Olivier. Laurence Olivier is, of course, a brilliant actor. However, he also directed five films and four of them are in the archives. The first three are his best and they’re Shakespeare adaptations (though it is fascinating to see him and Marilyn Monroe act together in his fourth film- The Prince and the Showgirl). You’d think that since he’s an actor, and this is the sacred work of the Bard, he’d simply film the stage and they’d be woefully uncinematic. That isn’t the case though. I won’t call Olivier a style-plus director, he isn’t, but there’s no way Henry V or Hamlet are as good as they are if he simply relied on the text and world-class acting (which there certainly is—in spades—in these films). These are well directed.
Best film: Henry V. I believe it was the most expensive British film at the time. It is Olivier’s directional debut, and it is not only an achievement for him, but for Shakespeare adaptations (this is the first successful one to my knowledge) and color films (there still weren’t many in 1943). Olivier’s decision to open the film on a stage, and then transport it outside to a “film” is formally bold—ingenious really.
total archiveable films: 4
top 100 films: 0
top 500 films: 1 (Henry V)
top 100 films of the decade: 1 (Henry V)
most overrated: Olivier does not have one. Henry V is actually a little underrated by the consensus at #978 and Hamlet lands in a good spot, at #1567 on the TSPDT all-time consensus list.
most underrated : Henry V. I’m at least a couple hundred spots higher here—and you certainly can’t ‘make a list of the best 100 films of the 1940’s without it.
gem I want to spotlight : Hamlet. Olivier goes for color in three of his four achievable films—but black and white is the perfect choice for the fog and gothic architecture on display here- again—he’s not just content to let the 20th century’s best Shakespeare act in front of a static camera with nothing else to admire.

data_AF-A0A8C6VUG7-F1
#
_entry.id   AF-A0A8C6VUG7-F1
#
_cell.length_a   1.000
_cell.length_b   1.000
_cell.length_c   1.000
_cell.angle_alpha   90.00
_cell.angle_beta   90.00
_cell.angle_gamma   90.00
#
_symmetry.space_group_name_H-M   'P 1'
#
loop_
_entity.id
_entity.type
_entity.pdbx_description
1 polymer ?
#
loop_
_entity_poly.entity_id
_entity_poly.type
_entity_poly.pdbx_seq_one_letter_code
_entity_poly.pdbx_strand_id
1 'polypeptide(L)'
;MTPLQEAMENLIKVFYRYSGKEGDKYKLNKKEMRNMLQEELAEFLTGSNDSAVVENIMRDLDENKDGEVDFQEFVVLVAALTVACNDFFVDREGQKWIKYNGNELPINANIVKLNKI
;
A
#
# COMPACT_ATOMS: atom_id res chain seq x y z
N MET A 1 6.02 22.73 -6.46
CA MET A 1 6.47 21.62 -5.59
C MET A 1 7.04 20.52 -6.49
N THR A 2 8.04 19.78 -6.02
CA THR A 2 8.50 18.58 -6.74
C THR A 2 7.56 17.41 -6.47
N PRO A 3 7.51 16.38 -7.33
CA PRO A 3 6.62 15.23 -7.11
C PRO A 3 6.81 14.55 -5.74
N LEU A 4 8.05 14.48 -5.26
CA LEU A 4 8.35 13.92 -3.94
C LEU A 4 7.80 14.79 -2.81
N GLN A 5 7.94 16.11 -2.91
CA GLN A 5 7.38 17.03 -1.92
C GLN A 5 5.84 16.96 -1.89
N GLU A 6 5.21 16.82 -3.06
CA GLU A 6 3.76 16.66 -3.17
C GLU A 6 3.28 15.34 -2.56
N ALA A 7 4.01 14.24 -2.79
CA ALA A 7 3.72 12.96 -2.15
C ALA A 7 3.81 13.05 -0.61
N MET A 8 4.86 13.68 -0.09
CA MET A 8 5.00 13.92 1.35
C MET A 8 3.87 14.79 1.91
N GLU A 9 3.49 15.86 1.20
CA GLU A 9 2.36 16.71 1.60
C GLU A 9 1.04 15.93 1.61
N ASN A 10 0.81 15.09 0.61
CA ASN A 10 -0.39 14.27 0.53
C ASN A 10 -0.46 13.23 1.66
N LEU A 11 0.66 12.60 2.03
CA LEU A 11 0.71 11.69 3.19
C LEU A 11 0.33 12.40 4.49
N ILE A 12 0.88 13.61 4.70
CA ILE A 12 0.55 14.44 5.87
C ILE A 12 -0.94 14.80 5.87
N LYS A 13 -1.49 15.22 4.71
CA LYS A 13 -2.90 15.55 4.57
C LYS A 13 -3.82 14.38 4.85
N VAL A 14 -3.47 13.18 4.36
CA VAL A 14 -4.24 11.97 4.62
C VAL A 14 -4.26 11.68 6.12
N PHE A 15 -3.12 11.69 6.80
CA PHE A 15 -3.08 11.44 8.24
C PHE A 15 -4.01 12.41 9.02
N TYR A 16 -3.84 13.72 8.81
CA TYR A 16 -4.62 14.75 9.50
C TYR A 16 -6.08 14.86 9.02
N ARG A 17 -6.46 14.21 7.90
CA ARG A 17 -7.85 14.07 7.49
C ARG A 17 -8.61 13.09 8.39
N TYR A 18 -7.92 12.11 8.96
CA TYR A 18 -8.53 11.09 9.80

- Inventive— again, nobody is going to accuse Olivier of being a top 100 director, say he’s a superior director to his acting (he’s on my top 100 actor list and far from it here on the director side), or even the best adapter of Shakespeare to the big screen (I laugh when some argue about Olivier vs. Branagh for this title when it is clearly either Kurosawa or Welles)—but the formal brilliance of Henry V is an achievement, as is the gothic architecture mixed with fog in Hamlet and the matte painting brilliance of Richard III shouldn’t be ignored either- gorgeous
- Great acting galore of course- and not just Olivier—but Jean Simmons in Hamlet, Ralph Richardson, Gielgud—some of the best Shakespeare actors ever captured on screen
- Henry V
- Richard III
- The Prince and the Showgirl
By year and grades
|1944- Henry V||MS|
|1955- Richard III||R|
|1957- The Prince and the Showgirl||R|
*MP is Masterpiece- top 1-3 quality of the year film
MS is Must-see- top 5-6 quality of the year film
HR is Highly Recommend- top 10 quality of the year film
R is Recommend- outside the top 10 of the year quality film but still in the archives
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